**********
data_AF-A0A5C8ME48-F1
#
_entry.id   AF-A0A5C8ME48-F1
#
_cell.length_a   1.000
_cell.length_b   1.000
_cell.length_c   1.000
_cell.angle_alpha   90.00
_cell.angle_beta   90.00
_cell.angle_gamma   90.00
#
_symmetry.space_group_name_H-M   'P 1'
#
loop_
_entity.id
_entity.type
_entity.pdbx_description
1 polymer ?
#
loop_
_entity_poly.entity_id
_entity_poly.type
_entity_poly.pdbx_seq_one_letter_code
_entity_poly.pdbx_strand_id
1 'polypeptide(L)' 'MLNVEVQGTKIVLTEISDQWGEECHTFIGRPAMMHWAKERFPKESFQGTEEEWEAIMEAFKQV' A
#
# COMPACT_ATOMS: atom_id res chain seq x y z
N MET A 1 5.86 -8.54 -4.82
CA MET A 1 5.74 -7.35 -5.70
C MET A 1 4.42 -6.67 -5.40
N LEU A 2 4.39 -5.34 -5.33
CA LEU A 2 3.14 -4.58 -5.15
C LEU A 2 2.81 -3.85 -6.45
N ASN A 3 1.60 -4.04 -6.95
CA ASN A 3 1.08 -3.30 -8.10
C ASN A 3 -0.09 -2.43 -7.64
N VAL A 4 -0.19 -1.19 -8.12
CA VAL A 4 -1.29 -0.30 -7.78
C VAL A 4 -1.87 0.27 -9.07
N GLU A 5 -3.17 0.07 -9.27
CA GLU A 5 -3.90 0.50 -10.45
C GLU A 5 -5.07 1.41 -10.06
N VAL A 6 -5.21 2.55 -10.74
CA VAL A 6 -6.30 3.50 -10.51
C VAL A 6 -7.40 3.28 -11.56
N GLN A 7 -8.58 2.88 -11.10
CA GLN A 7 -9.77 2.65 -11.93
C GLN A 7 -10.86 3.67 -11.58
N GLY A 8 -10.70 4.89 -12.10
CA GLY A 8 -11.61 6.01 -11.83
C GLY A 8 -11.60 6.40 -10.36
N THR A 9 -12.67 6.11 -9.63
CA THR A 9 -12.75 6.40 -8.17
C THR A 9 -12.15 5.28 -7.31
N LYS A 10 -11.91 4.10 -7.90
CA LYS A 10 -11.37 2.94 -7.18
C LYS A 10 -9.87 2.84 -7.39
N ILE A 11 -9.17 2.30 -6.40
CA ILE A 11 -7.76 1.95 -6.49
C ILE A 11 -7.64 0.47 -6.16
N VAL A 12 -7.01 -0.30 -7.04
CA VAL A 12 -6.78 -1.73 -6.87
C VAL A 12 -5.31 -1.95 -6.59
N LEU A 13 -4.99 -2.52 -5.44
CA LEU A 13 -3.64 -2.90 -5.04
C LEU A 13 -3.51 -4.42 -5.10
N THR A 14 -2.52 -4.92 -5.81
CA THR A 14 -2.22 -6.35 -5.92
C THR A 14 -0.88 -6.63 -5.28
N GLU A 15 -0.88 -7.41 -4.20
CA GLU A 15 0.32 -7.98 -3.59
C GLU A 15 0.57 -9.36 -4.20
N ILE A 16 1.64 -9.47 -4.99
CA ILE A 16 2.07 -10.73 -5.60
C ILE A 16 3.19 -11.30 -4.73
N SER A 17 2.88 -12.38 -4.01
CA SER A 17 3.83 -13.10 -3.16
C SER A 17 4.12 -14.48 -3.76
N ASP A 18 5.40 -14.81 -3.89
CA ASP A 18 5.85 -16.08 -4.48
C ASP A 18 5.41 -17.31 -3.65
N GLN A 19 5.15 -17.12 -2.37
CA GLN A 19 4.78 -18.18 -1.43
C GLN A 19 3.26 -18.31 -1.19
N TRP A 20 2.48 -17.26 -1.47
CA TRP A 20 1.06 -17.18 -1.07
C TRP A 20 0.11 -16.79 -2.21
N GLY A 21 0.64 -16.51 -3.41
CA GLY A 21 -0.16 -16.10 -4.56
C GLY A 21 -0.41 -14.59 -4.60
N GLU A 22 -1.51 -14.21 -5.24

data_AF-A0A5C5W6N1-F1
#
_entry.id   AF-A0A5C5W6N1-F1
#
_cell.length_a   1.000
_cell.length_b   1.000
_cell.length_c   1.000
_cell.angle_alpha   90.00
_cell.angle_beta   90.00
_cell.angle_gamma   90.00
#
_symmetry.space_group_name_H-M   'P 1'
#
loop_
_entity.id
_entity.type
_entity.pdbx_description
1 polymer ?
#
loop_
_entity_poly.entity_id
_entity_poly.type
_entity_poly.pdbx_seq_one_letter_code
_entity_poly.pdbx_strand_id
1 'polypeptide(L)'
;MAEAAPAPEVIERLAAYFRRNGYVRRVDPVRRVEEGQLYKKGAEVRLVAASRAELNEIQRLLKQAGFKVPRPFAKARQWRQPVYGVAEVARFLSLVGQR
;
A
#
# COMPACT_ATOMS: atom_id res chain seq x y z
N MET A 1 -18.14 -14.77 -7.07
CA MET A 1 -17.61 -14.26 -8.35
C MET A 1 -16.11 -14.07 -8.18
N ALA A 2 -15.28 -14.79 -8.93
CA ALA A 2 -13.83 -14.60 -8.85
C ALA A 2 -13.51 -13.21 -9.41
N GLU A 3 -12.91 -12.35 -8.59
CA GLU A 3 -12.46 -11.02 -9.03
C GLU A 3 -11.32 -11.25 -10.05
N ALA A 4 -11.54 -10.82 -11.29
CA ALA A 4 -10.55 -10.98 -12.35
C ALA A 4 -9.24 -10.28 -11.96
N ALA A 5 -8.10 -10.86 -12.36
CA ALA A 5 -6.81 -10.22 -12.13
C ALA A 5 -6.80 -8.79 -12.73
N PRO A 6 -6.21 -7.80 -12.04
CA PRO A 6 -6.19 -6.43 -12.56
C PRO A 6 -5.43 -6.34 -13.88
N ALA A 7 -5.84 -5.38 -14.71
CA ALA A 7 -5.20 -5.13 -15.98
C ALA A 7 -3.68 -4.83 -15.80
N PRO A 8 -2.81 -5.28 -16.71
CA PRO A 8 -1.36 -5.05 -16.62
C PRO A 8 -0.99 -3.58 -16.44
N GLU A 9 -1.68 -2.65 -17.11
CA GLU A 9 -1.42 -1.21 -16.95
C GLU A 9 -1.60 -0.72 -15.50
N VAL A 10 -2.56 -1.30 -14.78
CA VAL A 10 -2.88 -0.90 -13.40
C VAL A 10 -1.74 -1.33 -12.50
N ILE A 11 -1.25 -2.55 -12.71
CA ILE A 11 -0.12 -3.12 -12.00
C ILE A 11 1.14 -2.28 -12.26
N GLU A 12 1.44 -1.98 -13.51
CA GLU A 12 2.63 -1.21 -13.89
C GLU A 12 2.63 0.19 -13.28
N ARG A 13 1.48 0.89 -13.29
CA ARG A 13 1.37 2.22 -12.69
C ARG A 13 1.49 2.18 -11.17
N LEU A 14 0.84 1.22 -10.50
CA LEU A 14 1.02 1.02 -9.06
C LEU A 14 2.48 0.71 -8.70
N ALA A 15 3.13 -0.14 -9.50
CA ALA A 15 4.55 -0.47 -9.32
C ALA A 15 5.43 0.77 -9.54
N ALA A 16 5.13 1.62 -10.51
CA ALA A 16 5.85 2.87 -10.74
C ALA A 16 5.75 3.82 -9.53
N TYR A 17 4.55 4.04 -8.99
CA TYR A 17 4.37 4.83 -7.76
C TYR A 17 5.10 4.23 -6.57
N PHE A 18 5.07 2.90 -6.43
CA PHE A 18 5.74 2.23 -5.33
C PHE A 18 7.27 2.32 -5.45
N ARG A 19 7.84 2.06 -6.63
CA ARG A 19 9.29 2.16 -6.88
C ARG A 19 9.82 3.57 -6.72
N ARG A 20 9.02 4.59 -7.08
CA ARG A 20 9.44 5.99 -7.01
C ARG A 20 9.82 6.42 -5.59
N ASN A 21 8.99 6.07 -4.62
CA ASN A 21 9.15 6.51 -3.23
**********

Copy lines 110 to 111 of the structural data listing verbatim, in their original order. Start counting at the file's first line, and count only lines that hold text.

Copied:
#
loop_